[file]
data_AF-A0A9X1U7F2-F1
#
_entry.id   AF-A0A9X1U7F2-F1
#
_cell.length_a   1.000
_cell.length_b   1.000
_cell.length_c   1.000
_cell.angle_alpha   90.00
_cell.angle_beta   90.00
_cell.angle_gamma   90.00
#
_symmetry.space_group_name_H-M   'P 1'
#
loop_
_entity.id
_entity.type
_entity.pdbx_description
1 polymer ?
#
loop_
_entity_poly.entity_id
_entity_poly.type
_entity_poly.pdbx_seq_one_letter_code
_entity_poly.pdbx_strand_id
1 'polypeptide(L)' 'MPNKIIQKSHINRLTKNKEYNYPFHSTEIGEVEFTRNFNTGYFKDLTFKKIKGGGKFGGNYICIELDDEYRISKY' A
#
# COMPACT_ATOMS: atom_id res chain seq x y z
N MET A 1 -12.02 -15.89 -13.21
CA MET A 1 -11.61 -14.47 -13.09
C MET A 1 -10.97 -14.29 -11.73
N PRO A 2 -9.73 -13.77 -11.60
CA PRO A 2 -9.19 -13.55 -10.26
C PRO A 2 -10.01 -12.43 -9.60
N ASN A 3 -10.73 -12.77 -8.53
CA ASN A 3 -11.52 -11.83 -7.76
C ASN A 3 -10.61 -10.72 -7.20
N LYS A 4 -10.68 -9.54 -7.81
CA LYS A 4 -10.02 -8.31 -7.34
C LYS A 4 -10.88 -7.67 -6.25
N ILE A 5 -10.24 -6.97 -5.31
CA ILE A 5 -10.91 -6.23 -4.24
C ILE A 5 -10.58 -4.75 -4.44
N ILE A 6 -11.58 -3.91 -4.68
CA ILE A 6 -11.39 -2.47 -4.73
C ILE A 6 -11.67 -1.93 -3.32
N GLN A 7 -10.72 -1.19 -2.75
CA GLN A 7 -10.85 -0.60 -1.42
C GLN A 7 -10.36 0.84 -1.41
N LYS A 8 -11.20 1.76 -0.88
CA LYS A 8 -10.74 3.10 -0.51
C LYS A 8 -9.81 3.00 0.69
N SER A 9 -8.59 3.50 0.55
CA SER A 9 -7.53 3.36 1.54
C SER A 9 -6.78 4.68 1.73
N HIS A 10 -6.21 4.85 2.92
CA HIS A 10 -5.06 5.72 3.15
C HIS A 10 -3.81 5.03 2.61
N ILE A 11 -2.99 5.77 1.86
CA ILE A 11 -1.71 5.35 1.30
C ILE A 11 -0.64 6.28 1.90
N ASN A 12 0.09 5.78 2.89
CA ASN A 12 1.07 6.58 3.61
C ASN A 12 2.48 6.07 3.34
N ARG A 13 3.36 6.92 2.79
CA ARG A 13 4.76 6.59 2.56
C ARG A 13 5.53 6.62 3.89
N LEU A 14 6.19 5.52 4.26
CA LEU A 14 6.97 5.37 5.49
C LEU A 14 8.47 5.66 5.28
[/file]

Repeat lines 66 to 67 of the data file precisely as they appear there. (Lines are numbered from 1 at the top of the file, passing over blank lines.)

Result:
C ARG A 13 5.53 6.62 3.89
N LEU A 14 6.19 5.52 4.26